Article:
"This particular monument has garnered the support of everyone - the only people who I feel are going to be against this are individuals that haven't particularly sat down and come to grips with the reality that we have moved forward in a bipartisan way and the times that we've seen in the past where folk wanted to divide us based upon class and culture, those days are completely over," said Rep. Kionne McGhee, D-Miami, who's poised to be the House Democratic leader after the 2018 elections.
  5. Fight Club: Dark secrets of Florida juvenile justice

    State Roundup

    The boys had just returned to Module 9 of the Miami juvenile lockup from the dining hall when one of them hit Elord Revolte high and hard. More of the boys jumped in, punching and slamming him over and over, then pile-driving his 135-pound body.

    A Miami Herald investigation found that youths detained in state facilities have complained of staff turning them into hired mercenaries, offering honey buns and other rewards to rough up fellow detainees. It is a way for employees to exert control without risking their livelihoods by personally resorting to violence. Criminal charges are rare. [Miami Herald]
  1. How small rebellions by Florida delinquents snowball into bigger beatings by staff

    State Roundup

    First he lost his freedom. Then his privileges. Then his kidney.

    Okaloosa Youth Academy Gulf Coast Youth Services
  2. A year after Hurricane Matthew, counties ask Rick Scott: Where's our money?

    Legislature

    TALLAHASSEE — After Hurricane Irma ravaged Florida, an impatient Gov. Rick Scott ordered counties to remove debris, reopen roads and restore normalcy as fast as possible.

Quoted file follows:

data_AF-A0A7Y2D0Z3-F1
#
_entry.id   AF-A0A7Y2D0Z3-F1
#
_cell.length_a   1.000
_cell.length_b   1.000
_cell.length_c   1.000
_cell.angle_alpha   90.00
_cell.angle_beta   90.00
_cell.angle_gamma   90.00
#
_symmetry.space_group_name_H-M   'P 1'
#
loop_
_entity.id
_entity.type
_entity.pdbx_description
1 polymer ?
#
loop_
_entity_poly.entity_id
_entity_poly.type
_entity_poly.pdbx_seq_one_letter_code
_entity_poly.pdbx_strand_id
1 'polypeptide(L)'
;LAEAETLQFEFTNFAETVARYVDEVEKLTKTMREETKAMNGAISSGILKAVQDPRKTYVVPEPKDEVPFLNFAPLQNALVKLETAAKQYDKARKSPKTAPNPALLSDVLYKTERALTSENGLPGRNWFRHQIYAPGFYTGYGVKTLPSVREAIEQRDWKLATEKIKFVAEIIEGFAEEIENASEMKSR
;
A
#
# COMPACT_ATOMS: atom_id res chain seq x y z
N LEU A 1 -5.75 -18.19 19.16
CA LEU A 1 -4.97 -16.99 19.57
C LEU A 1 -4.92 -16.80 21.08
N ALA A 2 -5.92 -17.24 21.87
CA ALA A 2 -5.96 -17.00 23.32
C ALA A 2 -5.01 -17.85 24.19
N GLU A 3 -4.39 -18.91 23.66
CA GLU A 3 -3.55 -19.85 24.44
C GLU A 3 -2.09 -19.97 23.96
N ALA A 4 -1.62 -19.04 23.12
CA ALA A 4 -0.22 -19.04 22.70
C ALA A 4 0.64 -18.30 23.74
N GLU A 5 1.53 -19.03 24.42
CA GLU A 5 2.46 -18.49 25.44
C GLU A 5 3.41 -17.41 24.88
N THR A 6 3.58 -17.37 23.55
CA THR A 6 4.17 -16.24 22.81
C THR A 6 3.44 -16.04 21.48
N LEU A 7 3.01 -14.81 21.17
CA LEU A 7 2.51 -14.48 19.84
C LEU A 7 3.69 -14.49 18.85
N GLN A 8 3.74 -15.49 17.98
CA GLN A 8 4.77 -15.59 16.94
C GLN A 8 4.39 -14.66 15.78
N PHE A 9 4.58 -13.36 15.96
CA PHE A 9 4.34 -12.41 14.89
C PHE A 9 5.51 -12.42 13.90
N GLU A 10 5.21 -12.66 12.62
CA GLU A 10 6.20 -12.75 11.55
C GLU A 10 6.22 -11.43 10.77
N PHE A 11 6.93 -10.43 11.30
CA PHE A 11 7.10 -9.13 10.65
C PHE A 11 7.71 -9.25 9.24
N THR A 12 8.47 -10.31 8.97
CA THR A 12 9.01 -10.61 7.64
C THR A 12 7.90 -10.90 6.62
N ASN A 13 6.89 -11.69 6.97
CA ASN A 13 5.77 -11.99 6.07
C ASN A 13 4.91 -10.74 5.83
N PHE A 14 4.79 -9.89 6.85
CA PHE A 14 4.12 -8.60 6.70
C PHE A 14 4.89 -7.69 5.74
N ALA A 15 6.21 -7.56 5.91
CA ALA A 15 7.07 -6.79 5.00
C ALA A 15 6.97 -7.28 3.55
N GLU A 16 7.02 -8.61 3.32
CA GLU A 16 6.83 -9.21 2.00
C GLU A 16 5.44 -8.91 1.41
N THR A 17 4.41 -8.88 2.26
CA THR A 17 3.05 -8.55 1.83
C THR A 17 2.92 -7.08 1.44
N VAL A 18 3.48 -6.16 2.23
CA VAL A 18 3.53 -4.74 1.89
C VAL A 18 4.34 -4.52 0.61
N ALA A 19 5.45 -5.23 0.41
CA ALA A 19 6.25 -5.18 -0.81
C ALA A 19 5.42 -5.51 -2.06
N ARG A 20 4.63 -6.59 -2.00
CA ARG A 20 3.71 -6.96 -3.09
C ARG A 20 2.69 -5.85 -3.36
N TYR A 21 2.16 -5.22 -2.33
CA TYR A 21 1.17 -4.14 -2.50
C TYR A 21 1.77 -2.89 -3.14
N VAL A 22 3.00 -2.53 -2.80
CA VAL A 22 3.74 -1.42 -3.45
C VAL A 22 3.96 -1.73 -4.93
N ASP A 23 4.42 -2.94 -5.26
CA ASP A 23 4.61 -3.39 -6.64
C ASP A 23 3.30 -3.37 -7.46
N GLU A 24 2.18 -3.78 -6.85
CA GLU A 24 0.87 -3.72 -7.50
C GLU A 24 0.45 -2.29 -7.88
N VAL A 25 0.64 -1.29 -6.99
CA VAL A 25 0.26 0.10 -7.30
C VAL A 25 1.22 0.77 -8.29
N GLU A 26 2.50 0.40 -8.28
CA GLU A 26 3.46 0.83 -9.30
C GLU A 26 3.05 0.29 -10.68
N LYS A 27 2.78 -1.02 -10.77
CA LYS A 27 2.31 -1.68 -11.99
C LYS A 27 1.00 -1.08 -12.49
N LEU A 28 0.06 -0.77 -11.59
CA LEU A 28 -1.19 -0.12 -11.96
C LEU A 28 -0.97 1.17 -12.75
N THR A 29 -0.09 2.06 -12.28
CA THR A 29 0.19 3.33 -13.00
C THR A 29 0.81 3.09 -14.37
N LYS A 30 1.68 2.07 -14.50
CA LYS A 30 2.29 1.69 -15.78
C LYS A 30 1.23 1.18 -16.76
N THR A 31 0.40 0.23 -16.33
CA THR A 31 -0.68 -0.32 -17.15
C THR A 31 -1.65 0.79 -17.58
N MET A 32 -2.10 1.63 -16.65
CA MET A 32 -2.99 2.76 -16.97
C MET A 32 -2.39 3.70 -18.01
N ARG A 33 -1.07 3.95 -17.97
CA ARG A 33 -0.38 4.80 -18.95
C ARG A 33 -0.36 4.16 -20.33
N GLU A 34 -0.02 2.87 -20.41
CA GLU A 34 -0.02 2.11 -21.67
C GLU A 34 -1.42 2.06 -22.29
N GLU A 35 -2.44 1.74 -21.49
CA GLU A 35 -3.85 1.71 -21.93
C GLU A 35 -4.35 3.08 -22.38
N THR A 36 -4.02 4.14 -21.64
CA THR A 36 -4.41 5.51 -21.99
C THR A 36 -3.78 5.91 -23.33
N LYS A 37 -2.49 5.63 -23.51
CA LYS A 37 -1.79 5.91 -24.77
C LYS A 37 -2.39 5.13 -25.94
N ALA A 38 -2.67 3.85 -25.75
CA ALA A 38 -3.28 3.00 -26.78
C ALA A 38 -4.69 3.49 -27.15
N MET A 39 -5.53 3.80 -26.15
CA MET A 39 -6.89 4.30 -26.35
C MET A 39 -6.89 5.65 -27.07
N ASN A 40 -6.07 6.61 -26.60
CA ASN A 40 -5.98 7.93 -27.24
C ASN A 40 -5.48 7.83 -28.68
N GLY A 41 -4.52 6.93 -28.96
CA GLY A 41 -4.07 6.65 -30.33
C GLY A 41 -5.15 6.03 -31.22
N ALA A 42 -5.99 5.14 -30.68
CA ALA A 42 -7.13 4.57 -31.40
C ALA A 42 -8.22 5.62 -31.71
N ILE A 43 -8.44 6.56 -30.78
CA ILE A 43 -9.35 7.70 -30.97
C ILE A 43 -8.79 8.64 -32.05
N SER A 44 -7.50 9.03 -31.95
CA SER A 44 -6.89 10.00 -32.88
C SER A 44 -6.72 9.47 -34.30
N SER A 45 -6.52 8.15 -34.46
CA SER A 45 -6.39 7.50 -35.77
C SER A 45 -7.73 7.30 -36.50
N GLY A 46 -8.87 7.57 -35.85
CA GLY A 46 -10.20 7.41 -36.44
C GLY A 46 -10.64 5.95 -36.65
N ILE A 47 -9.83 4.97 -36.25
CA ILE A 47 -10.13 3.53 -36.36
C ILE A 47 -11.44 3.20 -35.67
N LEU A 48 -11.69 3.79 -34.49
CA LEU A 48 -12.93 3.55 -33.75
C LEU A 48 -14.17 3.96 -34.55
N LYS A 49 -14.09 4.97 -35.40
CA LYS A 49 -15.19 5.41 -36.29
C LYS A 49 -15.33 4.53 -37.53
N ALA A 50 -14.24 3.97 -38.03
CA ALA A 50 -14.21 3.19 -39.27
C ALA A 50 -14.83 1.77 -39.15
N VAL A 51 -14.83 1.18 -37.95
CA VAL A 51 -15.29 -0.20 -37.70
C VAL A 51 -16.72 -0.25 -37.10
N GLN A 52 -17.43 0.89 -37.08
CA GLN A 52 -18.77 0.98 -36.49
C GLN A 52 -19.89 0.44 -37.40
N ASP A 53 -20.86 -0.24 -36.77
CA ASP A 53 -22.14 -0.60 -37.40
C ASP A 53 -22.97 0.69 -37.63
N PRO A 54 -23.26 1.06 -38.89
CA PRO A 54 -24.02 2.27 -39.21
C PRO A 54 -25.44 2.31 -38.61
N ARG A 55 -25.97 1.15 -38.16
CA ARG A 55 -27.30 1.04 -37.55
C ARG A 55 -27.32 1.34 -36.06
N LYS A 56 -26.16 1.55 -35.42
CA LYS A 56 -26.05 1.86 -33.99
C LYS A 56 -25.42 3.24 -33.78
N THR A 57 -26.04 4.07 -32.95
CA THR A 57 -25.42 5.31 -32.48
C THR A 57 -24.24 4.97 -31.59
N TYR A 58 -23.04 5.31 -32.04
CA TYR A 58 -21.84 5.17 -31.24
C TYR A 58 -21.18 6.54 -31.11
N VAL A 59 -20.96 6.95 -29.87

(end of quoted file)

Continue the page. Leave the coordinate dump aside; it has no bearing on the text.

Flagler County in Northeast Florida experienced severe flooding after Hurricane Matthew struck in October 2016. [Flagler County]
  3. Slavery memorial wins support as Confederacy debate rages

    State Roundup

    TALLAHASSEE — State House members wasted no time this week in reviving a proposal for a Florida slavery memorial near the Capitol, an idea that stalled at the end of the 2017 session last spring.

    "This particular monument has garnered the support of everyone - the only people who I feel are going to be against this are individuals that haven't particularly sat down and come to grips with the reality that we have moved forward in a bipartisan way and the times that we've seen in the past where folk wanted to divide us based upon class and culture, those days are completely over," said Rep. Kionne McGhee, D-Miami, who's poised to be the House Democratic leader after the 2018 elections.
  1. Florida was 'ill-prepared for a major hurricane, audit warned

    News

    TALLAHASSEE — Long before Florida entered the deadliest hurricane season in a decade, auditors at the state's Division of Emergency Management sent out a warning: the state was ill-prepared for a major disaster.

    Two National Guardsmen carry the belongings of WWII veteran Anthony Gentuso as he and his famly arrive at the Germain Arena that is serving as a shelter from the approaching Hurricane Irma on September 9. A December audit questions whether Florida is prepared for a major hurricane. [MARK WILSON | Getty Images]
  2. Yes, Florida's pool of voters is shrinking. Here's why.

    Legislature

    TALLAHASSEE — Even as Florida attracts hundreds of new residents every day, the state's pool of active voters is actually shrinking.

    The voter roll expands in presidential election years, then shrinks.